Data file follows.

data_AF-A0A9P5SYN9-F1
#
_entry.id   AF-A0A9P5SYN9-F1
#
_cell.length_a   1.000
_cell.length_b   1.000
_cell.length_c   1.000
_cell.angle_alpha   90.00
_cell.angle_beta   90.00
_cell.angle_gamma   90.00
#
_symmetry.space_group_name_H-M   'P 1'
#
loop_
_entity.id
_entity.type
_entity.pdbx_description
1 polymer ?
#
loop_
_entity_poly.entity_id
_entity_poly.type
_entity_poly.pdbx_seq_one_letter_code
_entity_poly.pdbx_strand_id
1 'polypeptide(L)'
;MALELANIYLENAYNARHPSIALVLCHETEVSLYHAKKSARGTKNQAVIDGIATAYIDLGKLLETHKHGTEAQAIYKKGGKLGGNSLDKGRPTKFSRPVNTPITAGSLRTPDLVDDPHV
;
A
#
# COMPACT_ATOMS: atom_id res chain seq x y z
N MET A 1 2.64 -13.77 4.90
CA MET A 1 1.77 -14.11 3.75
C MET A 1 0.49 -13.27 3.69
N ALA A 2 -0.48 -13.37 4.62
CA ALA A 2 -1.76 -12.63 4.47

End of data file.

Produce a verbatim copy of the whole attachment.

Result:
data_AF-A0A9P5SYN9-F1
#
_entry.id   AF-A0A9P5SYN9-F1
#
_cell.length_a   1.000
_cell.length_b   1.000
_cell.length_c   1.000
_cell.angle_alpha   90.00
_cell.angle_beta   90.00
_cell.angle_gamma   90.00
#
_symmetry.space_group_name_H-M   'P 1'
#
loop_
_entity.id
_entity.type
_entity.pdbx_description
1 polymer ?
#
loop_
_entity_poly.entity_id
_entity_poly.type
_entity_poly.pdbx_seq_one_letter_code
_entity_poly.pdbx_strand_id
1 'polypeptide(L)'
;MALELANIYLENAYNARHPSIALVLCHETEVSLYHAKKSARGTKNQAVIDGIATAYIDLGKLLETHKHGTEAQAIYKKGGKLGGNSLDKGRPTKFSRPVNTPITAGSLRTPDLVDDPHV
;
A
#
# COMPACT_ATOMS: atom_id res chain seq x y z
N MET A 1 2.64 -13.77 4.90
CA MET A 1 1.77 -14.11 3.75
C MET A 1 0.49 -13.27 3.69
N ALA A 2 -0.48 -13.37 4.62
CA ALA A 2 -1.76 -12.63 4.47